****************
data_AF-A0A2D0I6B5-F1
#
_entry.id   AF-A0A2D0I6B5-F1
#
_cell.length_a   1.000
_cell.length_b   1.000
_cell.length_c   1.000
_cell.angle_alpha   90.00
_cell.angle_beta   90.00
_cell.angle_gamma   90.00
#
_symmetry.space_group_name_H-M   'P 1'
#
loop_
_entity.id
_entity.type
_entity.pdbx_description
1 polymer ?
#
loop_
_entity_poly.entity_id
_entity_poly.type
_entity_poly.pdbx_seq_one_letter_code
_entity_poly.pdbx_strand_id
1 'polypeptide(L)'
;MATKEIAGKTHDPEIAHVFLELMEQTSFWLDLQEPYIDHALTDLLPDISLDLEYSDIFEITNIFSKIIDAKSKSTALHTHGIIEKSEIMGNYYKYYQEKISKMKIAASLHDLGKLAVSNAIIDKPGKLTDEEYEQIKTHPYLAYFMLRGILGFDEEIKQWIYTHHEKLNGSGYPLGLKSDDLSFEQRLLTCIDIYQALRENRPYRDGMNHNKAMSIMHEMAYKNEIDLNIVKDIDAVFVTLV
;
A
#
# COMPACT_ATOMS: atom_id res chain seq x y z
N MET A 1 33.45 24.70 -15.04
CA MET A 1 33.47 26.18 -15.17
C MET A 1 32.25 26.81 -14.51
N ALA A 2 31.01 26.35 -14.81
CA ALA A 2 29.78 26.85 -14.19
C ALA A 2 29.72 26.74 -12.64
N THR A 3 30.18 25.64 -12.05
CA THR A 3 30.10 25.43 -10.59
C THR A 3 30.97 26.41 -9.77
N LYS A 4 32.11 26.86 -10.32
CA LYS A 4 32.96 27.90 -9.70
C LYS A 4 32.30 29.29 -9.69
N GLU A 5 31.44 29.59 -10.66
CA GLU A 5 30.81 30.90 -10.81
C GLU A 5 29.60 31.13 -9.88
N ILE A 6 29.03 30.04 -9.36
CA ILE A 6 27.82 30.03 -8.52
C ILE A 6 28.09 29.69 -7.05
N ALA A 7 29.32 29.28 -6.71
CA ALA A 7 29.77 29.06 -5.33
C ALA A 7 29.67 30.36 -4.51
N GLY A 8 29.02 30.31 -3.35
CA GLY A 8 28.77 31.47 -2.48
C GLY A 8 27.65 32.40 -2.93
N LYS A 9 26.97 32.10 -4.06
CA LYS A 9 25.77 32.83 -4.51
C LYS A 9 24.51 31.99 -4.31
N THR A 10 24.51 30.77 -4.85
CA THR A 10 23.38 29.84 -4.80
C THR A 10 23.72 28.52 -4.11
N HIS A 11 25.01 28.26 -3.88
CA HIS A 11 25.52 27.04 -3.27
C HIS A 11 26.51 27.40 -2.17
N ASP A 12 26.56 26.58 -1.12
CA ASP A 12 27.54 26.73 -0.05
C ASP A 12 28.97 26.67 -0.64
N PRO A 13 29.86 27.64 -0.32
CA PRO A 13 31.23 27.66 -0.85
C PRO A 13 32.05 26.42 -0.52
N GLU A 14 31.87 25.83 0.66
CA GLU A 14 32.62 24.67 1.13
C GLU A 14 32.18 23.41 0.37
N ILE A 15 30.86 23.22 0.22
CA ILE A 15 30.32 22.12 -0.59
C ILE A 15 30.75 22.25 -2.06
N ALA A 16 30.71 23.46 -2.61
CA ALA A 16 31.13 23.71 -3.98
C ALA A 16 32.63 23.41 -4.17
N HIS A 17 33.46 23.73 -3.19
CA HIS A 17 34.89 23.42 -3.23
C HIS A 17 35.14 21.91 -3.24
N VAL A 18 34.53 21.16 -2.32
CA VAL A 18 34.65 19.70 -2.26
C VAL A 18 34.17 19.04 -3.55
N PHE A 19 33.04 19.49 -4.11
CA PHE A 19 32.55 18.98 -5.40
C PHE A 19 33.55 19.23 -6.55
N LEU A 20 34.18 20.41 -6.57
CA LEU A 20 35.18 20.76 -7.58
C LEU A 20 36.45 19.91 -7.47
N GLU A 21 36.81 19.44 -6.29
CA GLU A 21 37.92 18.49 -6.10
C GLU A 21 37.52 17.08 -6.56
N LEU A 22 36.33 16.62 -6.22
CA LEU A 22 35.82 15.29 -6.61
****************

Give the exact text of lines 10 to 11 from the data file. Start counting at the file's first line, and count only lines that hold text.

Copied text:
_cell.angle_gamma   90.00
#